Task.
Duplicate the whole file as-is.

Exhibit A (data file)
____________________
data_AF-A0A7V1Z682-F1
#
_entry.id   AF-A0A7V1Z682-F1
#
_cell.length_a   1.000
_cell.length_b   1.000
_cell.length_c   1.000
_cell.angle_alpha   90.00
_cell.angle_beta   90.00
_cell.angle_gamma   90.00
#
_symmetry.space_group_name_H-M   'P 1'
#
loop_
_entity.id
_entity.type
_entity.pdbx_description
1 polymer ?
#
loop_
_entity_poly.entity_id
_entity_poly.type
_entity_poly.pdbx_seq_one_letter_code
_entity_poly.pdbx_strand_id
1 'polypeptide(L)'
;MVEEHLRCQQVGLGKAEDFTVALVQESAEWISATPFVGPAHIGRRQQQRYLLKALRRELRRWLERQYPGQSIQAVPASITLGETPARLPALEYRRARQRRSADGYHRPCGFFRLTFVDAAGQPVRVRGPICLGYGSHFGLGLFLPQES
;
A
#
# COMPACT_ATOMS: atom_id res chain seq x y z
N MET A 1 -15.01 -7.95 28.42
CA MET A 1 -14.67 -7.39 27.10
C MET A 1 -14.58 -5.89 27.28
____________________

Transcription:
data_AF-A0A7V1Z682-F1
#
_entry.id   AF-A0A7V1Z682-F1
#
_cell.length_a   1.000
_cell.length_b   1.000
_cell.length_c   1.000
_cell.angle_alpha   90.00
_cell.angle_beta   90.00
_cell.angle_gamma   90.00
#
_symmetry.space_group_name_H-M   'P 1'
#
loop_
_entity.id
_entity.type
_entity.pdbx_description
1 polymer ?
#
loop_
_entity_poly.entity_id
_entity_poly.type
_entity_poly.pdbx_seq_one_letter_code
_entity_poly.pdbx_strand_id
1 'polypeptide(L)'
;MVEEHLRCQQVGLGKAEDFTVALVQESAEWISATPFVGPAHIGRRQQQRYLLKALRRELRRWLERQYPGQSIQAVPASITLGETPARLPALEYRRARQRRSADGYHRPCGFFRLTFVDAAGQPVRVRGPICLGYGSHFGLGLFLPQES
;
A
#
# COMPACT_ATOMS: atom_id res chain seq x y z
N MET A 1 -15.01 -7.95 28.42
CA MET A 1 -14.67 -7.39 27.10
C MET A 1 -14.58 -5.89 27.28